Everything you need to know about Defiant’s roguelike card adventure
Hi guys! Kim from Defiant Development here. Today marks the launch of Hand of Fate on PS4, and I wanted to give y’all some insight into what you should expect while you play this roguelike deckbuilder we hold dear to our hearts.
Before I get to the juicy stuff, allow me to talk a bit about Defiant and how Hand of Fate came to fruition. So we’re an indie studio based in Brisbane, Australia (more commonly known as ‘Straya‘) — home to bird-eating spiders and dingoes that eat babies. At least the beaches and forests are nice.
I digress! Over the last four years we’ve built a team of local veterans of the console industry (Pandemic, THQ, SEGA, and Krome), and fresh new talent.
A couple of successful mobile games later, we found ourselves in a strong position where the team can bring indie to console, thus the conception of Hand of Fate. In fact, we’ll be the first Australian studio to both self-publish and develop a title for PS4. This is a massive achievement for us, and ‘Straya as a whole!
Ok, enough about us. Let’s talk Hand of Fate.
When you start Hand of Fate, you are introduced to The Dealer beyond the Thirteen Gates at the End of the World. He challenges you to a game of life and death where you must defeat thirteen bosses to win.
With a few magical hand gestures, The Dealer reveals your dungeon layout in the form of encounter cards (quests or missions). You must venture and complete these encounters until you reach and — hopefully — defeat the boss waiting for you at the end of the dungeon run.
Bosses are themed to a suit (monster type) and come in Jack, Queen or King variants — all of which have a unique set of evil characteristics and packs of minions. The suits are:
- Dust: humans
- Skulls: skeletons
- Plague: ratmen-like creatures
- Scales: lizardmen-like creatures
In addition to bosses, you’ll come across unique Ace monster types — these act like wildcard monsters who’ll appear in a random fashion and have an interesting power or skill. For example, The Mage will shoot magic orbs towards the player.
Encounters come in two formats: combat and non-combat. A non-combat encounter will generally present the player with a choice — the result of which will likely affect your health, food and gold stats. A combat encounter will transport the player from the table scene to a beautiful 3D world where you’ll fight randomly drawn monsters with the equipment you’ve collected along the way.
In either case, both types come in the form of a Dungeons and Dragon’s type scenario with options to choose from. Be careful and tread gingerly because your choice could mean life or death.
Once you enter combat, you’re thrust into an arena, fighting against hordes of monsters in fast-paced, real time. Your success is based upon your ability to amass combos of successful hits while also utilising your counter attack and dodge roll to avoid enemy attacks. As mentioned earlier, you’ll be facing different enemy suits as you progress through the game, each of which have their own strengths and weaknesses.
For example, enemies of the Plague suit will emit a lethal gas at their place of death which will deal damage if you walk through it. You also have hundreds of weapon, armour, gauntlet, ring and helmet combos at your disposal — let’s hope you’ve optimised your deck to suit your current dungeon run (more on that below!).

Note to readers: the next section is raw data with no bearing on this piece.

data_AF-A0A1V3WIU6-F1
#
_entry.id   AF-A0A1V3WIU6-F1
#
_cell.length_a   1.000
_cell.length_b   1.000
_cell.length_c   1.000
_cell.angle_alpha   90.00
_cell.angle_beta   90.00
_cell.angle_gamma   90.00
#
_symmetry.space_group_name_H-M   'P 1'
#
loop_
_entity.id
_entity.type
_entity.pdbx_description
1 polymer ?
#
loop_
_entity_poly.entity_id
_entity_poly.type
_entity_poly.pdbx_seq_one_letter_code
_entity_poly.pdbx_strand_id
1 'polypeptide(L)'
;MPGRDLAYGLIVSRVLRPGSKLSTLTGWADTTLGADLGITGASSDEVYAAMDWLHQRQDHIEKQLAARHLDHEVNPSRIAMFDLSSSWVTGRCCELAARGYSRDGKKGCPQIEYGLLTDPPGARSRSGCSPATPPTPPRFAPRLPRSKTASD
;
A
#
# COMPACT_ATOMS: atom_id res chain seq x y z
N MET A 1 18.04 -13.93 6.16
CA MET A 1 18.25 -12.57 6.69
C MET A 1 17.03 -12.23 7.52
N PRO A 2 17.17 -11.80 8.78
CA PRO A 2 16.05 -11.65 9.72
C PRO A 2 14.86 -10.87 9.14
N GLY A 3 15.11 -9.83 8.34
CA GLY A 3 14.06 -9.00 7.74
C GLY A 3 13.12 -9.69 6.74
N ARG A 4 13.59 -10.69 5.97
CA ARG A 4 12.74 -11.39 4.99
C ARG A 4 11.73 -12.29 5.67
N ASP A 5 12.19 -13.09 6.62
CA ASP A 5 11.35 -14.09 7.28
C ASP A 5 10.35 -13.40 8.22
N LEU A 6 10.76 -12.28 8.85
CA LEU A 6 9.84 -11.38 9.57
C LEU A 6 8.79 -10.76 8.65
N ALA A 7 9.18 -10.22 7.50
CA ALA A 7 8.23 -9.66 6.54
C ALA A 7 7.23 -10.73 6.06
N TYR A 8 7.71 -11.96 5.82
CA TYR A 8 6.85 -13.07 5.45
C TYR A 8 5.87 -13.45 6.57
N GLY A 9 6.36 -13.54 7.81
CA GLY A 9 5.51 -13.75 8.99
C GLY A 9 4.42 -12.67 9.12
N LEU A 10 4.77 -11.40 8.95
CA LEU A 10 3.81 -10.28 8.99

Health and food
It’s super important to keep track of both your health and food stats during each dungeon run. Why? Well health is obvious, but every time you come across a new encounter, you will consume one food. Once you get to zero food, you start taking damage (adventurers need to eat!). This adds a slice of strategy to how you approach encounters that might ask for food in return for a reward. Feed yourselves, fools!
Think of The Dealer as a sass-mouthed Dungeon Master. He controls the map layouts, monsters drawn for combat encounters, and the Pain and Gain decks. The Pain and Gain cards are issued at random and are a result of resolved encounters. They act like modifiers to your health, food, and gold. If you’re really lucky/unlucky they’ll bequeath a blessing or curse — passive modifiers that affect gameplay. For example, the Wrath of the Gods blessing will kill one enemy at the beginning of each combat.
Deckbuilding allows players to customise how they play Hand of Fate through the choice of encounter and equipment cards.
Let’s remind ourselves that the aim of the game is to defeat the 13 bosses. Each boss brings along its minions that have similar characteristics. So it’s in your interests to customise your deck to suit the characteristics of the boss you are trying to find in the dungeon. For example, The Queen of Skulls will scatter an army of skeletons amongst combat encounters. You’ll find that a mace is super effective against the Skulls suit, so naturally, you’d add more maces to your equipment deck.
But hey! I’m not going to tell you how you should play. In fact, for you non-deckbuilders out there, there’s an auto-fill option so you can get straight to business. You just may or may not have the most optimized deck for the boss you’re searching for. Maybe you’re feeling lucky?
Anyway, you’ve got some control over how many combat versus non-combat encounters you have in your Encounter deck, however, some are locked for the sake of progression or because they’re linked to future encounter cards that have yet to be actioned or unlocked. Get unlockin’!
Gaining new cards
To gain new cards you must successfully complete encounter cards that are marked with a red token. Yet another thing to consider as you customise your encounter deck!
So there you have it, guys! A bit more on Hand of Fate, which is available tomorrow on PlayStation Store. Happy playing!